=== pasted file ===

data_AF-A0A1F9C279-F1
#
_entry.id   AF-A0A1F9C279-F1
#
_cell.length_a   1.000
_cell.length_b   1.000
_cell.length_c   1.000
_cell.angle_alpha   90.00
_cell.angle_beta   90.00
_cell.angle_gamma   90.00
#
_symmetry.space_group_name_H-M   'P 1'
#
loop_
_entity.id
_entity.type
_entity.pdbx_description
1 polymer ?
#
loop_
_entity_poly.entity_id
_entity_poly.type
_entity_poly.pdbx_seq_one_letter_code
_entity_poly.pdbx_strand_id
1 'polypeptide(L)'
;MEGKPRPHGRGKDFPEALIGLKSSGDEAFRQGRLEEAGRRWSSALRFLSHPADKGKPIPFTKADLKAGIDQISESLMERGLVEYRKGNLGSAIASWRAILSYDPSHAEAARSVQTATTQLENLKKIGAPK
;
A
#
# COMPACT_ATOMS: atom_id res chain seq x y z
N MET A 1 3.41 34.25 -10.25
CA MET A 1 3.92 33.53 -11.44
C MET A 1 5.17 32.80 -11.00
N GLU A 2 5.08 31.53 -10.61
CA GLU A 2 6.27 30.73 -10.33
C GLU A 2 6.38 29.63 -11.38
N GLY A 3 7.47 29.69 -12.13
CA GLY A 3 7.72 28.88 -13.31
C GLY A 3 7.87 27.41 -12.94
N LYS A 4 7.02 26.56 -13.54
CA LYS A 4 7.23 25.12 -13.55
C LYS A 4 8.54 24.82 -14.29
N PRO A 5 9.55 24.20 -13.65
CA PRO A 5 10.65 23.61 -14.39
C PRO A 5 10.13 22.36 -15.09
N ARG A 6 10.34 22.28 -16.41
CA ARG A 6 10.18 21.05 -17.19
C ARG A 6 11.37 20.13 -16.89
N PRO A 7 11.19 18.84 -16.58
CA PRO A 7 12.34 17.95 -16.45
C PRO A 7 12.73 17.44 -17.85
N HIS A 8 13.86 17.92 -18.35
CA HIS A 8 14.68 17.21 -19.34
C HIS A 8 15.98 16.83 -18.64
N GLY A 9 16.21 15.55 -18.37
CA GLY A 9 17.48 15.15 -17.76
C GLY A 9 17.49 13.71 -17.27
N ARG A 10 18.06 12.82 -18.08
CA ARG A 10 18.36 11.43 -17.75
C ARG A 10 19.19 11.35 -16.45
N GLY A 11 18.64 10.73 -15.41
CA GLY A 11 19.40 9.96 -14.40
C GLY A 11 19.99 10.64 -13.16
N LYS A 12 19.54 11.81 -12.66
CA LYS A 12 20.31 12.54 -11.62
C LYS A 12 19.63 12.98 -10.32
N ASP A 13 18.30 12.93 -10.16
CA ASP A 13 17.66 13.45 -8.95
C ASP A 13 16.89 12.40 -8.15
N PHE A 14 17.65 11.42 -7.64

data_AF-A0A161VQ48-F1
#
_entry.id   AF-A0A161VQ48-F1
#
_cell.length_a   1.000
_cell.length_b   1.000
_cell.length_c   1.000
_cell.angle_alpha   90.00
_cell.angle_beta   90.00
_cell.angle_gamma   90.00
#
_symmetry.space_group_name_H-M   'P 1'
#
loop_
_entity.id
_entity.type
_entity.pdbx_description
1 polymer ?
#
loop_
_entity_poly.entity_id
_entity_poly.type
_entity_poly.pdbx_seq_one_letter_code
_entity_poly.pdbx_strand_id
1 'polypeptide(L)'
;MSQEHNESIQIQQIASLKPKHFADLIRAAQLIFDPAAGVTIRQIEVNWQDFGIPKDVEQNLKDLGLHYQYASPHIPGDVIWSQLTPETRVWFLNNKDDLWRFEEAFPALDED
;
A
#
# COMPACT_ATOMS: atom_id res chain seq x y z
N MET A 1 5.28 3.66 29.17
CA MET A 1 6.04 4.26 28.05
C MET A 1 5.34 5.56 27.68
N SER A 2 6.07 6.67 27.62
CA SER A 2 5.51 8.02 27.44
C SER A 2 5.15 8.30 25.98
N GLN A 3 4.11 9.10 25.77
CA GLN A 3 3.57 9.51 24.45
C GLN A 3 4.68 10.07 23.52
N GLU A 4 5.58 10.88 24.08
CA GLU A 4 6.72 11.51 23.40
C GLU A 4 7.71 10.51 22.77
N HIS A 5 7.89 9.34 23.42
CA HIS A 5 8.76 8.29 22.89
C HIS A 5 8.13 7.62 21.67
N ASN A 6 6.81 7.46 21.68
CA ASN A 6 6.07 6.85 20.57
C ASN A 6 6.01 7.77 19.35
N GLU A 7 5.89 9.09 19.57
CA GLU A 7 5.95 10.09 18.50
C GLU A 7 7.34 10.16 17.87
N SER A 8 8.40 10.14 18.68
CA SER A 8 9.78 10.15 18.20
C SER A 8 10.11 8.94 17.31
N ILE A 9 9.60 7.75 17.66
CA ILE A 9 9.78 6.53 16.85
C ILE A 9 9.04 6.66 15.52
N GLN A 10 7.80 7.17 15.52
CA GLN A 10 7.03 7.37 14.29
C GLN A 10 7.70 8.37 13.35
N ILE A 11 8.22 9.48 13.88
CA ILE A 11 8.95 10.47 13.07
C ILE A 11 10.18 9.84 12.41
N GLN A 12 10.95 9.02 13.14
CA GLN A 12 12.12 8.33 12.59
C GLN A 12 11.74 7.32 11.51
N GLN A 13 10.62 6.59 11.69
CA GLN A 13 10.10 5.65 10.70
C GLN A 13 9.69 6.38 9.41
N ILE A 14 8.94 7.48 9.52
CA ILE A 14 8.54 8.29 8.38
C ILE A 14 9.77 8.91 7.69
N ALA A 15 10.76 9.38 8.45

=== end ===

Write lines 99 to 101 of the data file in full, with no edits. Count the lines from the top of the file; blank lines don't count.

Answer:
#
# COMPACT_ATOMS: atom_id res chain seq x y z
N MET A 1 5.28 3.66 29.17